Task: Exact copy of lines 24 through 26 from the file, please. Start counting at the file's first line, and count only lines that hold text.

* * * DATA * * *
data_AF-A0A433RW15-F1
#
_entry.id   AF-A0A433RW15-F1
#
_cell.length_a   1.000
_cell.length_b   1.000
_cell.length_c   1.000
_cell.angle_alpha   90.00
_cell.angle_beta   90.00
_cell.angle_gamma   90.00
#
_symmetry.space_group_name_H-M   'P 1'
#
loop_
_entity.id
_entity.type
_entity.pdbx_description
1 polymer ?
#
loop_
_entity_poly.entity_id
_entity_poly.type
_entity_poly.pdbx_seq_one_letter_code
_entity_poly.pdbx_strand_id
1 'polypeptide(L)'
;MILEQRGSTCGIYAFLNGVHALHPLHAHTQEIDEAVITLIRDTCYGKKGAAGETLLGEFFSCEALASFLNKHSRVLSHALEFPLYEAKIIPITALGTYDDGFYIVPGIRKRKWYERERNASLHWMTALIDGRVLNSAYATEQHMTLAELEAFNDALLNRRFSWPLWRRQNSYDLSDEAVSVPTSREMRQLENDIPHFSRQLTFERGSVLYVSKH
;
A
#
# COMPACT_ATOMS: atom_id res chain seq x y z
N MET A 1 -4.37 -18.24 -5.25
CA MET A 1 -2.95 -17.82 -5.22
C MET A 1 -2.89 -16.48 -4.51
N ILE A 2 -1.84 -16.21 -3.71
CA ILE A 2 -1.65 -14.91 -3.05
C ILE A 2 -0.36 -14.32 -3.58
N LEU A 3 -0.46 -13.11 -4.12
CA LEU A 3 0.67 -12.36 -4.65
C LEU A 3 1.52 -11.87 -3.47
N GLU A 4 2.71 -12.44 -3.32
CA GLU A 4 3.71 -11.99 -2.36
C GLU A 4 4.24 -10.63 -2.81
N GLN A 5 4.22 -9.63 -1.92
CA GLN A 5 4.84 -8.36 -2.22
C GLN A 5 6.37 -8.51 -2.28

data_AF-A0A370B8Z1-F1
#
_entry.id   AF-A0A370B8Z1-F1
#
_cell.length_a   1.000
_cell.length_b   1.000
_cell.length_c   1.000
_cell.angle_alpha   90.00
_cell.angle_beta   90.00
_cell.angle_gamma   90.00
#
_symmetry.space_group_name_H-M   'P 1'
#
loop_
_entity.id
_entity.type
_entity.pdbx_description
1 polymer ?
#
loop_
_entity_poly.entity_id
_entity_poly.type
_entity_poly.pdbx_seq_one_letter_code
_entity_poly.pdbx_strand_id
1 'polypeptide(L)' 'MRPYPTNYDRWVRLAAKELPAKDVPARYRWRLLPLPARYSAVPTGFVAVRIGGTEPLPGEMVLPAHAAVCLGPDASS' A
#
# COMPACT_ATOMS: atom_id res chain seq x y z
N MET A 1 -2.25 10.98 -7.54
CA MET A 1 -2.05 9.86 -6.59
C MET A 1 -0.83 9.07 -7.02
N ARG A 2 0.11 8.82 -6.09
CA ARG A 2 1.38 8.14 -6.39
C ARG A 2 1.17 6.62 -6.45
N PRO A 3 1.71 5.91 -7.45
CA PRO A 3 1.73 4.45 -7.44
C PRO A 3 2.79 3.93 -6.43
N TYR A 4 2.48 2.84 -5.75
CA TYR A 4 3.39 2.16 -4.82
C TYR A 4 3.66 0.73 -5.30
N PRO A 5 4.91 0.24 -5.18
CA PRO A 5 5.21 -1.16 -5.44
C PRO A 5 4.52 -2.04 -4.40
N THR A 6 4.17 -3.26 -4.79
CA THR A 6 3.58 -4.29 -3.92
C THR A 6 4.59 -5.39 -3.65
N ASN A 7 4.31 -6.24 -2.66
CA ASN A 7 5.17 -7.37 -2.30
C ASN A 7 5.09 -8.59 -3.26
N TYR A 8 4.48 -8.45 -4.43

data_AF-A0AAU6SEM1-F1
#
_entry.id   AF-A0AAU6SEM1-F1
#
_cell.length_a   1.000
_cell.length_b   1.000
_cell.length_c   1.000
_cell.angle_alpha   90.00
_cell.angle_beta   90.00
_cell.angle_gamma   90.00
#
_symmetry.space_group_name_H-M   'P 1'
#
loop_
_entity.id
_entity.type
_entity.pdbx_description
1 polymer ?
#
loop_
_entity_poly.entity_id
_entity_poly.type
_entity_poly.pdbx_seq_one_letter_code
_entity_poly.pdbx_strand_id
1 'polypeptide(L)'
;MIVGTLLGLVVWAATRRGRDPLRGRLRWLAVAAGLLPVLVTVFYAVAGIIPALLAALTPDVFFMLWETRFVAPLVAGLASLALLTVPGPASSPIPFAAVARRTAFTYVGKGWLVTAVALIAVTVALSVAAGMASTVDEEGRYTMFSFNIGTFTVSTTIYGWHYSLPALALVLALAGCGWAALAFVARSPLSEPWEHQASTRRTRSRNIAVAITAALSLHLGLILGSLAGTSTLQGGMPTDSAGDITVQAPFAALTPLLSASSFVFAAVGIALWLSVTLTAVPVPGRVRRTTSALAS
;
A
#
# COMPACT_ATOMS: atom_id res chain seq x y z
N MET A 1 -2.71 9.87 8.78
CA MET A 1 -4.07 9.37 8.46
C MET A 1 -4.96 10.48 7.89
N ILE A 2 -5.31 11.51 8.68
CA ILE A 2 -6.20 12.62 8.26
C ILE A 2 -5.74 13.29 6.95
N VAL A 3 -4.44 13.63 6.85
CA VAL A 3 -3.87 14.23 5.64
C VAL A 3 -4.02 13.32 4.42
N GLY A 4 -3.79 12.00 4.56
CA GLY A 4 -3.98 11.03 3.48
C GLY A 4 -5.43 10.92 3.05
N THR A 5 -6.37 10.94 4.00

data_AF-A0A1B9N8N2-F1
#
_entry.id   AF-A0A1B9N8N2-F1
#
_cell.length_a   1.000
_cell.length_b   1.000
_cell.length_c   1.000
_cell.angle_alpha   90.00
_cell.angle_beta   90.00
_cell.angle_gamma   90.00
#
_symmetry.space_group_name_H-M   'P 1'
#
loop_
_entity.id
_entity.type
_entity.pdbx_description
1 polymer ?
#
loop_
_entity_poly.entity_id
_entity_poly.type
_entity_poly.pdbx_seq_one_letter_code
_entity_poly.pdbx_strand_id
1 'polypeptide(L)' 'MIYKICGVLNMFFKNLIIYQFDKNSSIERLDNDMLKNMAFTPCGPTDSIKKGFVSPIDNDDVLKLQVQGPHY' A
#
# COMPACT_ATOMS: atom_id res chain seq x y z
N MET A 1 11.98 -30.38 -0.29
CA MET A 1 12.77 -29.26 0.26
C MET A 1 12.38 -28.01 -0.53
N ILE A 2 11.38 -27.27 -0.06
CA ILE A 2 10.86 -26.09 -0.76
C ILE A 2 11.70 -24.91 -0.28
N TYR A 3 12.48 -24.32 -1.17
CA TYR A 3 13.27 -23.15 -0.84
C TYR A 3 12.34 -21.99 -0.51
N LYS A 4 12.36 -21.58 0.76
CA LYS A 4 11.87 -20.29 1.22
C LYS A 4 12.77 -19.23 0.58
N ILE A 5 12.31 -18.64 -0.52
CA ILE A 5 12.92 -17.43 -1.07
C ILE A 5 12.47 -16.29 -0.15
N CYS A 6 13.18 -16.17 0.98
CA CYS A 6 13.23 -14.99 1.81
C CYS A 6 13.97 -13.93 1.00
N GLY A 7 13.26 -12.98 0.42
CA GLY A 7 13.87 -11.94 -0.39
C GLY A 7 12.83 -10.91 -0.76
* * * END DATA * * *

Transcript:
_entity_poly.pdbx_strand_id
1 'polypeptide(L)'
;MILEQRGSTCGIYAFLNGVHALHPLHAHTQEIDEAVITLIRDTCYGKKGAAGETLLGEFFSCEALASFLNKHSRVLSHALEFPLYEAKIIPITALGTYDDGFYIVPGIRKRKWYERERNASLHWMTALIDGRVLNSAYATEQHMTLAELEAFNDALLNRRFSWPLWRRQNSYDLSDEAVSVPTSREMRQLENDIPHFSRQLTFERGSVLYVSKH